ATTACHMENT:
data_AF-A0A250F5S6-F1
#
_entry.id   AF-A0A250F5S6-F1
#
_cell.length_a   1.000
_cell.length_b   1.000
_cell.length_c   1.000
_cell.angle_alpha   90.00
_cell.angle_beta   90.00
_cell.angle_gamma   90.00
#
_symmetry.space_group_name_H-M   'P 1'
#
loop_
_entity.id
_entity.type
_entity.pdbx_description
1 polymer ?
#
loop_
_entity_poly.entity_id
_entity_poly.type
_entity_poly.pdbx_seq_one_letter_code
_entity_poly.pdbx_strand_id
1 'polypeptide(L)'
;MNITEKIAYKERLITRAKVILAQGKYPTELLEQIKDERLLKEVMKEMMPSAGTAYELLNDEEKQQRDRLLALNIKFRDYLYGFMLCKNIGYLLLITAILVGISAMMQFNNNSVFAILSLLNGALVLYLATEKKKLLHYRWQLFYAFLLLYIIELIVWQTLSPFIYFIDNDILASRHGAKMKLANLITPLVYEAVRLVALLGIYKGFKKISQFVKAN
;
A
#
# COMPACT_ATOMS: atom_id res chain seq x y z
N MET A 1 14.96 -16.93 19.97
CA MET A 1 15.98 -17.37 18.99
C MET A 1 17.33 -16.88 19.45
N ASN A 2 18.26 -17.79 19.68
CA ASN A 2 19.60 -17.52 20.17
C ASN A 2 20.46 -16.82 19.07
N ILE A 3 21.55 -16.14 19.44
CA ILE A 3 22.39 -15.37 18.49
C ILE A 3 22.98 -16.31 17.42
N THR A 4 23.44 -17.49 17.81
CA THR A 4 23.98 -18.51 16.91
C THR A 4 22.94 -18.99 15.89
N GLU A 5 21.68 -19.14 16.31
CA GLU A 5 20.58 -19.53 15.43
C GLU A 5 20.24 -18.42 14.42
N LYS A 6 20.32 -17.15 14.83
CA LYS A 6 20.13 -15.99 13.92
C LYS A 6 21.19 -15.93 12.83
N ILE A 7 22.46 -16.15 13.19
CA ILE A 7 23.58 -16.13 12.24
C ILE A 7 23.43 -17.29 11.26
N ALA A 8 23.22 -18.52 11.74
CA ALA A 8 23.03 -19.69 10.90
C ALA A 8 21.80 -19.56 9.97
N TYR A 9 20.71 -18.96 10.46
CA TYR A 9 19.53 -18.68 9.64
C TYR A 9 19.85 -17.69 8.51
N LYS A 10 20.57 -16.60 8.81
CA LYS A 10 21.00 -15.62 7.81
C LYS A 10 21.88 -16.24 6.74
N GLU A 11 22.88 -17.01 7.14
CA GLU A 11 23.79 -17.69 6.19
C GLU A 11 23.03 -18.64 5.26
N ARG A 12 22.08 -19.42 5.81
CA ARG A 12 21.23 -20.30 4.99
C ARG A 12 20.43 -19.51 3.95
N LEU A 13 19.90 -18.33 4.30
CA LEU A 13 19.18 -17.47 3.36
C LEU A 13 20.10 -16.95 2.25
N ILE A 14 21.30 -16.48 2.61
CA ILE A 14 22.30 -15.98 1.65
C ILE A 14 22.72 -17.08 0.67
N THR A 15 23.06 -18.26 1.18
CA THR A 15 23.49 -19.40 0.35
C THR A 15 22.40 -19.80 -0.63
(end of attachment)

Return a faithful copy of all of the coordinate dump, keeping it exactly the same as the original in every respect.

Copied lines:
data_AF-A0A250F5S6-F1
#
_entry.id   AF-A0A250F5S6-F1
#
_cell.length_a   1.000
_cell.length_b   1.000
_cell.length_c   1.000
_cell.angle_alpha   90.00
_cell.angle_beta   90.00
_cell.angle_gamma   90.00
#
_symmetry.space_group_name_H-M   'P 1'
#
loop_
_entity.id
_entity.type
_entity.pdbx_description
1 polymer ?
#
loop_
_entity_poly.entity_id
_entity_poly.type
_entity_poly.pdbx_seq_one_letter_code
_entity_poly.pdbx_strand_id
1 'polypeptide(L)'
;MNITEKIAYKERLITRAKVILAQGKYPTELLEQIKDERLLKEVMKEMMPSAGTAYELLNDEEKQQRDRLLALNIKFRDYLYGFMLCKNIGYLLLITAILVGISAMMQFNNNSVFAILSLLNGALVLYLATEKKKLLHYRWQLFYAFLLLYIIELIVWQTLSPFIYFIDNDILASRHGAKMKLANLITPLVYEAVRLVALLGIYKGFKKISQFVKAN
;
A
#
# COMPACT_ATOMS: atom_id res chain seq x y z
N MET A 1 14.96 -16.93 19.97
CA MET A 1 15.98 -17.37 18.99
C MET A 1 17.33 -16.88 19.45
N ASN A 2 18.26 -17.79 19.68
CA ASN A 2 19.60 -17.52 20.17
C ASN A 2 20.46 -16.82 19.07
N ILE A 3 21.55 -16.14 19.44
CA ILE A 3 22.39 -15.37 18.49
C ILE A 3 22.98 -16.31 17.42
N THR A 4 23.44 -17.49 17.81
CA THR A 4 23.98 -18.51 16.91
C THR A 4 22.94 -18.99 15.89
N GLU A 5 21.68 -19.14 16.31
CA GLU A 5 20.58 -19.53 15.43
C GLU A 5 20.24 -18.42 14.42
N LYS A 6 20.32 -17.15 14.83
CA LYS A 6 20.13 -15.99 13.92
C LYS A 6 21.19 -15.93 12.83
N ILE A 7 22.46 -16.15 13.19
CA ILE A 7 23.58 -16.13 12.24
C ILE A 7 23.43 -17.29 11.26
N ALA A 8 23.22 -18.52 11.74
CA ALA A 8 23.03 -19.69 10.90
C ALA A 8 21.80 -19.56 9.97
N TYR A 9 20.71 -18.96 10.46
CA TYR A 9 19.53 -18.68 9.64
C TYR A 9 19.85 -17.69 8.51
N LYS A 10 20.57 -16.60 8.81
CA LYS A 10 21.00 -15.62 7.81
C LYS A 10 21.88 -16.24 6.74
N GLU A 11 22.88 -17.01 7.14
CA GLU A 11 23.79 -17.69 6.19
C GLU A 11 23.03 -18.64 5.26
N ARG A 12 22.08 -19.42 5.81
CA ARG A 12 21.23 -20.30 4.99
C ARG A 12 20.43 -19.51 3.95
N LEU A 13 19.90 -18.33 4.30
CA LEU A 13 19.18 -17.47 3.36
C LEU A 13 20.10 -16.95 2.25
N ILE A 14 21.30 -16.48 2.61
CA ILE A 14 22.30 -15.98 1.65
C ILE A 14 22.72 -17.08 0.67
N THR A 15 23.06 -18.26 1.18
CA THR A 15 23.49 -19.40 0.35
C THR A 15 22.40 -19.80 -0.63